By now, most of us will have encountered a comparison between data and oil, with the former being touted as “the oil of the 21st century”, or words to that effect. Indeed, the insight and utility that are now being gleaned from data and the fact that it increasingly represents the lifeblood of an already diverse range of industries make its comparisons to the black gold far from unwarranted. But while oil can be transmitted through pipelines and shared with the world in a relatively straightforward manner, the same can’t always be said for data.
The growth of the digital economy means that sharing data between various stakeholders—whether connected or not—has become crucial for driving value in terms of intra-organisational efficiency, inter-organisational standards and practices, and even solving problems and improving living standards for the wider public. But standing in the way of these goals are a number of roadblocks that prevent the free, unencumbered flow of data between parties. While implementing effective data-analytics techniques is frequently discussed as the key challenge when extracting useful information from raw, unstructured data, there now appears a more immediate but arguably less highlighted obstacle in actually attempting to gain access to the data in the first place.
Perhaps the biggest obstacle that entities face in this regard is the inaccessibility to data in the form of data “silos”—that is, the closed walls that exist around data that ultimately makes it a costly, resource-intensive process to obtain data. Such insular systems are typically unable to operate with other systems and thus prevent important data from being shared. This creates gross inefficiencies across organisations, as management is prevented from having access to the data of all the business divisions that it needs for comparative analysis. “Silos are nothing more than the barriers that exist between departments within an organization, causing people who are supposed to be on the same team to work against one another,” business-management expert Patrick Lencioni wrote in his book Silos, Politics and Turf Wars: A Leadership Fable About Destroying the Barriers That Turn Colleagues Into Competitors. “And whether we call this phenomenon departmental politics, divisional rivalry, or turf warfare, it is one of the most frustrating aspects of life in any sizable organization.”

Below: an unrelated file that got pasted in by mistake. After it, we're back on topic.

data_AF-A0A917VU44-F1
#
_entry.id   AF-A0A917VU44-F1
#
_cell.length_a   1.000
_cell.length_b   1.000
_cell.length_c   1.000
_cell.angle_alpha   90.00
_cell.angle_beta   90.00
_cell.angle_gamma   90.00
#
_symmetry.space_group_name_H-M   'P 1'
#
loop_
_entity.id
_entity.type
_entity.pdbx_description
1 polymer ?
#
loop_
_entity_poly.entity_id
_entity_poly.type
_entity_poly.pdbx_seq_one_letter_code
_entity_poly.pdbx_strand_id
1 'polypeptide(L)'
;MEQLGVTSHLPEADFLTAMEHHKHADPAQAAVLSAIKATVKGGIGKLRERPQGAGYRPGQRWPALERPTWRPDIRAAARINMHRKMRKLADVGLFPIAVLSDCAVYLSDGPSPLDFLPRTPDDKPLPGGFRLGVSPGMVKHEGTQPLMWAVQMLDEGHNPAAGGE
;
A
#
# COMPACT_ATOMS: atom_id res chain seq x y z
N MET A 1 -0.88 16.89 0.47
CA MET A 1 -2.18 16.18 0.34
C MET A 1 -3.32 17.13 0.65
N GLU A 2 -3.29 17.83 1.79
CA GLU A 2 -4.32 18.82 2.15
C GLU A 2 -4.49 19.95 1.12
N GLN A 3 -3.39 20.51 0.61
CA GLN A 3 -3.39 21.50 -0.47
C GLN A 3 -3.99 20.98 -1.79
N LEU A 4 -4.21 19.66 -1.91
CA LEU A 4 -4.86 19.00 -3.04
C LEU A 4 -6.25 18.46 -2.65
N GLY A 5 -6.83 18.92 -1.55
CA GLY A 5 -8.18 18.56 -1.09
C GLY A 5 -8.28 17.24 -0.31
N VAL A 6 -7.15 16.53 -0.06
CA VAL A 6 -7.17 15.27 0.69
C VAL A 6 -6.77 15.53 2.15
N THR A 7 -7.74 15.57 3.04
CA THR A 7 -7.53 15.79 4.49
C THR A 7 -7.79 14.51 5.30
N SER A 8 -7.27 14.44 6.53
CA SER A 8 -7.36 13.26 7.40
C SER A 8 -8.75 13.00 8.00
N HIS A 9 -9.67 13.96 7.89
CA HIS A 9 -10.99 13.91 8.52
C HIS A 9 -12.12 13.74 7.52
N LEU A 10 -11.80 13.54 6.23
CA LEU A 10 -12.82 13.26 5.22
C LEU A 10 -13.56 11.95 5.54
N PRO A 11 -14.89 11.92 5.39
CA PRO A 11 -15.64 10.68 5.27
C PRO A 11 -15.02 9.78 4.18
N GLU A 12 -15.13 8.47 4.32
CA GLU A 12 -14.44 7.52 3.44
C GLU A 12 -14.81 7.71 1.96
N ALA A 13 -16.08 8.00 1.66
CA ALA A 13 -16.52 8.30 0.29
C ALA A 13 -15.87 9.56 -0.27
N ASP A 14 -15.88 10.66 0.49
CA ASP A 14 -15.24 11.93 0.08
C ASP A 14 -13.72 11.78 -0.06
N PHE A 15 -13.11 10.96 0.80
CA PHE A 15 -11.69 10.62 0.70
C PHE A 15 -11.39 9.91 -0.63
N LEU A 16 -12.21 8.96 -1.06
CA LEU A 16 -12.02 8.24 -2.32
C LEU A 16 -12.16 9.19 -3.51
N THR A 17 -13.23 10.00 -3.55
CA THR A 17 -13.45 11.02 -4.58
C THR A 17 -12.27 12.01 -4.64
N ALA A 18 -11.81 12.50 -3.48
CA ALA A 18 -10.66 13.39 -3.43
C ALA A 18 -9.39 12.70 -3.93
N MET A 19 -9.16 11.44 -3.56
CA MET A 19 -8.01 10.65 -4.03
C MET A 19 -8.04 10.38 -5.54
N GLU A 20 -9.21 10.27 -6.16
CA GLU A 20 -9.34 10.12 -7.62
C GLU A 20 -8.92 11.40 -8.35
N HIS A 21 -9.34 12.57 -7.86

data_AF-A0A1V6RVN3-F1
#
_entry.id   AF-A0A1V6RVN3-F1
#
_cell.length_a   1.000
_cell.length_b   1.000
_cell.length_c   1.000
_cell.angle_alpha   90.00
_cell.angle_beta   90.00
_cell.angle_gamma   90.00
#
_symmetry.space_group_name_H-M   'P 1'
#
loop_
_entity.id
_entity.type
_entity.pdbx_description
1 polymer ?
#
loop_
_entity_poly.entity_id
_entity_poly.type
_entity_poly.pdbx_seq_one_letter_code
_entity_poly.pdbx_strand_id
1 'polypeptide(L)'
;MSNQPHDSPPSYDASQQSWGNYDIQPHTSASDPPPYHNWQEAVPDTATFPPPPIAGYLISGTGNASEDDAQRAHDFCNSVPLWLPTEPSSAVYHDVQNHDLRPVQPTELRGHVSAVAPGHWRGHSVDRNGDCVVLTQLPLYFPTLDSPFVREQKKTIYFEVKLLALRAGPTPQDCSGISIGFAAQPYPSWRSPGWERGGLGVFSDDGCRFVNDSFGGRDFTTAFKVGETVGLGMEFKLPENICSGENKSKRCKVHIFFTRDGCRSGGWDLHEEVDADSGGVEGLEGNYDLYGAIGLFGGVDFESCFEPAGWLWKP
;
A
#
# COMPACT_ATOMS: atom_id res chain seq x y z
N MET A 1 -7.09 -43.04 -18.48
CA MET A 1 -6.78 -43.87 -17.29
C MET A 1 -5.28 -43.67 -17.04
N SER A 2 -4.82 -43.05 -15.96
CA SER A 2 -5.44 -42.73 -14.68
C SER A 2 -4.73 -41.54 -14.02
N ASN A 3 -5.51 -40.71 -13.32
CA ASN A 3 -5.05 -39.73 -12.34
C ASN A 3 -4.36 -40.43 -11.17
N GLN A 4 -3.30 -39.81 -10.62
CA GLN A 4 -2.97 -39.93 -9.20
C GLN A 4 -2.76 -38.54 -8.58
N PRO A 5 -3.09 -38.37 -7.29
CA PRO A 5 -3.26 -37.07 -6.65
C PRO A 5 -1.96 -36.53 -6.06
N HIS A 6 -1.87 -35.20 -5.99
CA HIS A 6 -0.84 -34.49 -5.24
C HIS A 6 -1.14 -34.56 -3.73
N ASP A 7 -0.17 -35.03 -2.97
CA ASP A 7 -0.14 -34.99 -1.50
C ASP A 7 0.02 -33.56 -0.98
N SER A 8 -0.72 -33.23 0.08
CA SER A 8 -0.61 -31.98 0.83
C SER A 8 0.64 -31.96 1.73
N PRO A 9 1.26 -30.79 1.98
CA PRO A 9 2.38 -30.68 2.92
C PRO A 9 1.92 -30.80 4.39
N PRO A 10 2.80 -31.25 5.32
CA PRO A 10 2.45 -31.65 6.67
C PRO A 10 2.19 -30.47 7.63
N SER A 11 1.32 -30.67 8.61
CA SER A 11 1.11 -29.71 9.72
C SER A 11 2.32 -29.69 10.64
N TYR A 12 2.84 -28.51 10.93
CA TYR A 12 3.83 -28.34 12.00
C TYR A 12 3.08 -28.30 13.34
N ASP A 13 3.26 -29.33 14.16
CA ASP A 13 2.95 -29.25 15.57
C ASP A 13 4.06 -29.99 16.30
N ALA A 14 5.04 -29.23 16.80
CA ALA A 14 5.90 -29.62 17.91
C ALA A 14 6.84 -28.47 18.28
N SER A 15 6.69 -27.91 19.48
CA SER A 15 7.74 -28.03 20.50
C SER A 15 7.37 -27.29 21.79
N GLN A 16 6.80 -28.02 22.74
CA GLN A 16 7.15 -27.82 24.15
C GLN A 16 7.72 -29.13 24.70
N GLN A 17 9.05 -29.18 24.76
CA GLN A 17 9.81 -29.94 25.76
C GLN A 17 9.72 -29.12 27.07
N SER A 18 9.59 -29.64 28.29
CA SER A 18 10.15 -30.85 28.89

Silos arise for multiple reasons. For one, the structure of an organisation can be wholly inhibitive for data sharing. With software applications often designed to support a very specific business outcome at one point in time, for example, the potential sharing of data as a long-term benefit of the design is rarely prioritised or, indeed, given any thought at all. Common organisational structures also create silos between business divisions, as each one is often set up to manage its own data under its own IT (information technology) infrastructure and with its own policies governing that data. Such a culture, therefore, is decisively unconducive to the free inter-divisional sharing of data.
The common problem of “vendor lock-in” is also a major hindrance to data sharing. This occurs due to the strategy of software vendors to keep the data contained within their applications proprietary and intentionally difficult to export or share. With software-as-a-service (SaaS) applications, this becomes even more problematic, as the vendor will invariably work to keep users operating within its cloud ecosystem. And with different organisational divisions using different solutions and varying technologies to manage data in their own ways, data is inevitably pushed into silos, thus becoming increasingly detached from other systems.